Little-serpent Sabella-like Many-bristled Ringed Animals
The Serpulidae are a family of sessile, tube-building annelid worms in the class Polychaeta. The members of this family differ from other sabellid tube worms in that they have a specialized operculum that blocks the entrance of their tubes when they withdraw into the tubes. In addition, serpulids secrete tubes of calcium carbonate. Serpulids are the most important biomineralizers among annelids. About 300 species in the family Serpulidae are known, all but one  of which live in saline waters. The earliest serpulids are known from the Permian (Wordian to late Permian). The blood of most species of serpulid and sabellid worms contains the oxygen-binding pigment chlorocruorin. This is used to transport oxygen to the tissues. It has an affinity for carbon monoxide which is 570 times as strong as that of the haemoglobin found in human blood. Empty serpulid shells can sometimes be confused with the shells of a family of marine gastropod mollusks, the Vermetidae or worm snails. The most obvious difference is that serpulid shells are dull inside, whereas the molluscan vermetid shells are shiny inside.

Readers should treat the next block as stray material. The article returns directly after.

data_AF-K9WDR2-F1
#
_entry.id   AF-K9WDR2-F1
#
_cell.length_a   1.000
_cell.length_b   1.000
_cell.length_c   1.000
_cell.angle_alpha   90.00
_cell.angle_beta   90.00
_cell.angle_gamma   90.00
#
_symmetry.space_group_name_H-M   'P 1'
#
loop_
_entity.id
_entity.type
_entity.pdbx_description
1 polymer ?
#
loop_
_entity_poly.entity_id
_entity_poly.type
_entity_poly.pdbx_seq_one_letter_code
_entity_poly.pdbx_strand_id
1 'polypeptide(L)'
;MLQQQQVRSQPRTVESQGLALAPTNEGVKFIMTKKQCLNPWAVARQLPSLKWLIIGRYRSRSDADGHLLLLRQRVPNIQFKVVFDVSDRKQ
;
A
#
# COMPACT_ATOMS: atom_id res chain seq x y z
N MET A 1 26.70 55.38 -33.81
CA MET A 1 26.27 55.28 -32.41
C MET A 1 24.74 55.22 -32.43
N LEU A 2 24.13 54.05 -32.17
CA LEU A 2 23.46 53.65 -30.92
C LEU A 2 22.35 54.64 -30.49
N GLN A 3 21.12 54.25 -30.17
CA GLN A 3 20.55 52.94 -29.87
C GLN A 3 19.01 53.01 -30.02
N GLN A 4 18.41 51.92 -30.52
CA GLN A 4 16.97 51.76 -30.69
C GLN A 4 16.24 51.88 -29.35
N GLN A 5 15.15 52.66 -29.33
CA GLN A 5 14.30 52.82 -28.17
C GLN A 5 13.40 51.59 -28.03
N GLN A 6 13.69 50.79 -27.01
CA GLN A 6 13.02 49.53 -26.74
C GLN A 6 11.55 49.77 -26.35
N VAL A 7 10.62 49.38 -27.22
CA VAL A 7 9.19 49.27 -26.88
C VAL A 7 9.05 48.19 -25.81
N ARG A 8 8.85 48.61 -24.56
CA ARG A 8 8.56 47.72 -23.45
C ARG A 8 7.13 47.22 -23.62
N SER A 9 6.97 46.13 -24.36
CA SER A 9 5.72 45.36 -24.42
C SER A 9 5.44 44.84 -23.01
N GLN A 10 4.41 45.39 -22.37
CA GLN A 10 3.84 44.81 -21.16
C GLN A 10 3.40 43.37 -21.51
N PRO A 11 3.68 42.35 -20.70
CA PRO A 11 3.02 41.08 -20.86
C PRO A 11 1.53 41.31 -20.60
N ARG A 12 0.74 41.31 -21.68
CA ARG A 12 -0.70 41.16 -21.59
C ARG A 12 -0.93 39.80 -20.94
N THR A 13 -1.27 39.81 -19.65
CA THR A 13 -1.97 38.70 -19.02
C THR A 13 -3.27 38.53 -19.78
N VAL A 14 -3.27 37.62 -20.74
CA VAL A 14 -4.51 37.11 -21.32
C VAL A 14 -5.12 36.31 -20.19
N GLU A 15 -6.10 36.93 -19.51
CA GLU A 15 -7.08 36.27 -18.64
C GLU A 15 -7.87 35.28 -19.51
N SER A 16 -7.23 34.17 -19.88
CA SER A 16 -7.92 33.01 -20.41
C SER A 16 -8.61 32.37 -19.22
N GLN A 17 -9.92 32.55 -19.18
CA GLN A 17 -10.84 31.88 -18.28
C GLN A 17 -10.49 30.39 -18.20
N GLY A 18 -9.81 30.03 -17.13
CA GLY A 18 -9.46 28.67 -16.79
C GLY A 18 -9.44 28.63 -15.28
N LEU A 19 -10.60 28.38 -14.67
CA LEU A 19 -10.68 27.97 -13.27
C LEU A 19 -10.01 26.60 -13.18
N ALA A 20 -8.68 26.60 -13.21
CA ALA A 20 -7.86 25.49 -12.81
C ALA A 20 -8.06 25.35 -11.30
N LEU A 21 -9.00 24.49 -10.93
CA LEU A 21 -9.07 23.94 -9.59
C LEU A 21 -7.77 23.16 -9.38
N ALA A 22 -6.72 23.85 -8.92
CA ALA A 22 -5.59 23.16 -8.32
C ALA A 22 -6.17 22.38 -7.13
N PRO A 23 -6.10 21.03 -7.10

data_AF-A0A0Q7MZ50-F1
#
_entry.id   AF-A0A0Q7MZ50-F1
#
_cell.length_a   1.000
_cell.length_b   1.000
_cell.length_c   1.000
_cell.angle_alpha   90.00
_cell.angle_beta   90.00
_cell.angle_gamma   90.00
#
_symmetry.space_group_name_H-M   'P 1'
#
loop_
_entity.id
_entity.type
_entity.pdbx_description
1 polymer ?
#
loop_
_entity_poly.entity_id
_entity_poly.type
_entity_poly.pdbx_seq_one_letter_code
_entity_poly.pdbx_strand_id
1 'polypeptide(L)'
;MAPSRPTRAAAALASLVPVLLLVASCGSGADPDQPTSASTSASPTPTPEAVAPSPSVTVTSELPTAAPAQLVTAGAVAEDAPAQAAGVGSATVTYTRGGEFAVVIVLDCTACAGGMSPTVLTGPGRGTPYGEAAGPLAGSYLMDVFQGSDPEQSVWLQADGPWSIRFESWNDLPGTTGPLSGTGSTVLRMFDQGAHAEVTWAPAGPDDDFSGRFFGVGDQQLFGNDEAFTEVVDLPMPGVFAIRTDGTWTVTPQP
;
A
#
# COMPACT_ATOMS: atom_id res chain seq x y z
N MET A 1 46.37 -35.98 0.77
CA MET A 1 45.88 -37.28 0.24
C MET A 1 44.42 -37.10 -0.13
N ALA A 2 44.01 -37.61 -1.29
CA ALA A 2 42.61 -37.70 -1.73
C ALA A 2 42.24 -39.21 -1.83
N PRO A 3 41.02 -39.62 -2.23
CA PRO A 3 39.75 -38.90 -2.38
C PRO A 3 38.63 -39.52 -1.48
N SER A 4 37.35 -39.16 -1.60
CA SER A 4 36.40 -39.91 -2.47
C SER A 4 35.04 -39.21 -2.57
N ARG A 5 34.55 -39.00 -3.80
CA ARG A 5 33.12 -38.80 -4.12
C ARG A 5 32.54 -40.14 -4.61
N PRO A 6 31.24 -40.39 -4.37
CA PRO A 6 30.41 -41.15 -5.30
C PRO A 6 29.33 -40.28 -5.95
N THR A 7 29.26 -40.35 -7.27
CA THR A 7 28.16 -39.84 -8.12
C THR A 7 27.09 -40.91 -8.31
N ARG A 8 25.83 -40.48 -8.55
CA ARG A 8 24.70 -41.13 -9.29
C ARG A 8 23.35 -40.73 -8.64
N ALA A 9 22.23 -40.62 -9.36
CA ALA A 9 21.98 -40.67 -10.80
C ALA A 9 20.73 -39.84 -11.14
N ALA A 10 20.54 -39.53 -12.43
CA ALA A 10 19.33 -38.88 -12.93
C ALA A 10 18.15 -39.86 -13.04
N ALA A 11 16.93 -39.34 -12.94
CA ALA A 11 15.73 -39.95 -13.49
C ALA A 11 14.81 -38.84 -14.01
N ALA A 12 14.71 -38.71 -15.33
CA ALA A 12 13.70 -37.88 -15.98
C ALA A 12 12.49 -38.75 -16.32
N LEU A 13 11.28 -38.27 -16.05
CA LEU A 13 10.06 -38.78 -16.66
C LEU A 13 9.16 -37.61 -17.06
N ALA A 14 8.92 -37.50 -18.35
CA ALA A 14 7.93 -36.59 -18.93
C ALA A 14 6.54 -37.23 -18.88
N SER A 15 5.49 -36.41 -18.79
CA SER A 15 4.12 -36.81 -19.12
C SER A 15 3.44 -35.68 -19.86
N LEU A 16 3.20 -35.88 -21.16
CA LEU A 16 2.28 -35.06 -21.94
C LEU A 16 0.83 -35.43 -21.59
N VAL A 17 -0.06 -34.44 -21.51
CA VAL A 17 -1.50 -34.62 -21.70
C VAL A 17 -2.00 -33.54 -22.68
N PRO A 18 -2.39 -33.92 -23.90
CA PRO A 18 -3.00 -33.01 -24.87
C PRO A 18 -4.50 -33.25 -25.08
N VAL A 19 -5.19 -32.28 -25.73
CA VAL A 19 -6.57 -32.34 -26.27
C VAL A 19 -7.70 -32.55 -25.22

Serpulidae. Retrieved May, 08 2021, from en.wikipedia.org/wiki/Serpulidae.